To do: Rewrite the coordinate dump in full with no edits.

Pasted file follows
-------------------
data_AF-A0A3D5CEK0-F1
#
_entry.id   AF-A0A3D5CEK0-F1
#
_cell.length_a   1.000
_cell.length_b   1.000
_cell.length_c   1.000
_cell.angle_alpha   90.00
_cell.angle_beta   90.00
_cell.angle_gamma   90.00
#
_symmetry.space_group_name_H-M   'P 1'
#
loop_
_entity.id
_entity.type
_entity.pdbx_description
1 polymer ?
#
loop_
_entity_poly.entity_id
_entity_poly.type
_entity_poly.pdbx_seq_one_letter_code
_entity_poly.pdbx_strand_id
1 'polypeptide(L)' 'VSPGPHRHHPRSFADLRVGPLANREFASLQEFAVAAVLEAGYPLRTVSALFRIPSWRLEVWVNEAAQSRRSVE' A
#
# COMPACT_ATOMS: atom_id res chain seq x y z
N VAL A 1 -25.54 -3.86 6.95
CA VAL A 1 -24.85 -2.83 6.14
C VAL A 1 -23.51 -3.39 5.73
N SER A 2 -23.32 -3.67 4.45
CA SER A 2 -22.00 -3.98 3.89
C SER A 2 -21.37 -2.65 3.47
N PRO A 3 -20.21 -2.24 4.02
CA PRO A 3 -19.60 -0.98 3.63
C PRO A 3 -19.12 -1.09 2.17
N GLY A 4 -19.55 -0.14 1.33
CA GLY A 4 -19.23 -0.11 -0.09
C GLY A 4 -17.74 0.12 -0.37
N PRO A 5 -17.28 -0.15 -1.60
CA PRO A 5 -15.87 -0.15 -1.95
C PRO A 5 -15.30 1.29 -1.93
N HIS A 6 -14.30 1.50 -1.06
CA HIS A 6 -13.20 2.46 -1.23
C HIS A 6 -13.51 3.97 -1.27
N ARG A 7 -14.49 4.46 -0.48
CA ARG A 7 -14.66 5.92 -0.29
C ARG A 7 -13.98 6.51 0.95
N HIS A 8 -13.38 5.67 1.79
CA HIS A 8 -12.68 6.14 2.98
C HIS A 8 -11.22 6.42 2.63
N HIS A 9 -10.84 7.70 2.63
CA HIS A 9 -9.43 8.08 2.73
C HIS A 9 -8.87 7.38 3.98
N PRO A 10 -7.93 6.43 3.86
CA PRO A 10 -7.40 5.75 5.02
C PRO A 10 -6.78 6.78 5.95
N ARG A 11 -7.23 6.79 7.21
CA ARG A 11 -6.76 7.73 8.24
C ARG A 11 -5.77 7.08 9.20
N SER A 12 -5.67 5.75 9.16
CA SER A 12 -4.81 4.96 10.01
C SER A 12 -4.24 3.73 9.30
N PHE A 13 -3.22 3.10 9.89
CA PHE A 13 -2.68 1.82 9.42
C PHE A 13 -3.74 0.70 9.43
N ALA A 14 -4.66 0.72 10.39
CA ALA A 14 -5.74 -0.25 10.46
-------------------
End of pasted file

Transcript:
data_AF-A0A3D5CEK0-F1
#
_entry.id   AF-A0A3D5CEK0-F1
#
_cell.length_a   1.000
_cell.length_b   1.000
_cell.length_c   1.000
_cell.angle_alpha   90.00
_cell.angle_beta   90.00
_cell.angle_gamma   90.00
#
_symmetry.space_group_name_H-M   'P 1'
#
loop_
_entity.id
_entity.type
_entity.pdbx_description
1 polymer ?
#
loop_
_entity_poly.entity_id
_entity_poly.type
_entity_poly.pdbx_seq_one_letter_code
_entity_poly.pdbx_strand_id
1 'polypeptide(L)' 'VSPGPHRHHPRSFADLRVGPLANREFASLQEFAVAAVLEAGYPLRTVSALFRIPSWRLEVWVNEAAQSRRSVE' A
#
# COMPACT_ATOMS: atom_id res chain seq x y z
N VAL A 1 -25.54 -3.86 6.95
CA VAL A 1 -24.85 -2.83 6.14
C VAL A 1 -23.51 -3.39 5.73
N SER A 2 -23.32 -3.67 4.45
CA SER A 2 -22.00 -3.98 3.89
C SER A 2 -21.37 -2.65 3.47
N PRO A 3 -20.21 -2.24 4.02
CA PRO A 3 -19.60 -0.98 3.63
C PRO A 3 -19.12 -1.09 2.17
N GLY A 4 -19.55 -0.14 1.33
CA GLY A 4 -19.23 -0.11 -0.09
C GLY A 4 -17.74 0.12 -0.37
N PRO A 5 -17.28 -0.15 -1.60
CA PRO A 5 -15.87 -0.15 -1.95
C PRO A 5 -15.30 1.29 -1.93
N HIS A 6 -14.30 1.50 -1.06
CA HIS A 6 -13.20 2.46 -1.23
C HIS A 6 -13.51 3.97 -1.27
N ARG A 7 -14.49 4.46 -0.48
CA ARG A 7 -14.66 5.92 -0.29
C ARG A 7 -13.98 6.51 0.95
N HIS A 8 -13.38 5.67 1.79
CA HIS A 8 -12.68 6.14 2.98
C HIS A 8 -11.22 6.42 2.63
N HIS A 9 -10.84 7.70 2.63
CA HIS A 9 -9.43 8.08 2.73
C HIS A 9 -8.87 7.38 3.98
N PRO A 10 -7.93 6.43 3.86
CA PRO A 10 -7.40 5.75 5.02
C PRO A 10 -6.78 6.78 5.95
N ARG A 11 -7.23 6.79 7.21
CA ARG A 11 -6.76 7.73 8.24
C ARG A 11 -5.77 7.08 9.20
N SER A 12 -5.67 5.75 9.16
CA SER A 12 -4.81 4.96 10.01
C SER A 12 -4.24 3.73 9.30
N PHE A 13 -3.22 3.10 9.89
CA PHE A 13 -2.68 1.82 9.42
C PHE A 13 -3.74 0.70 9.43
N ALA A 14 -4.66 0.72 10.39
CA ALA A 14 -5.74 -0.25 10.46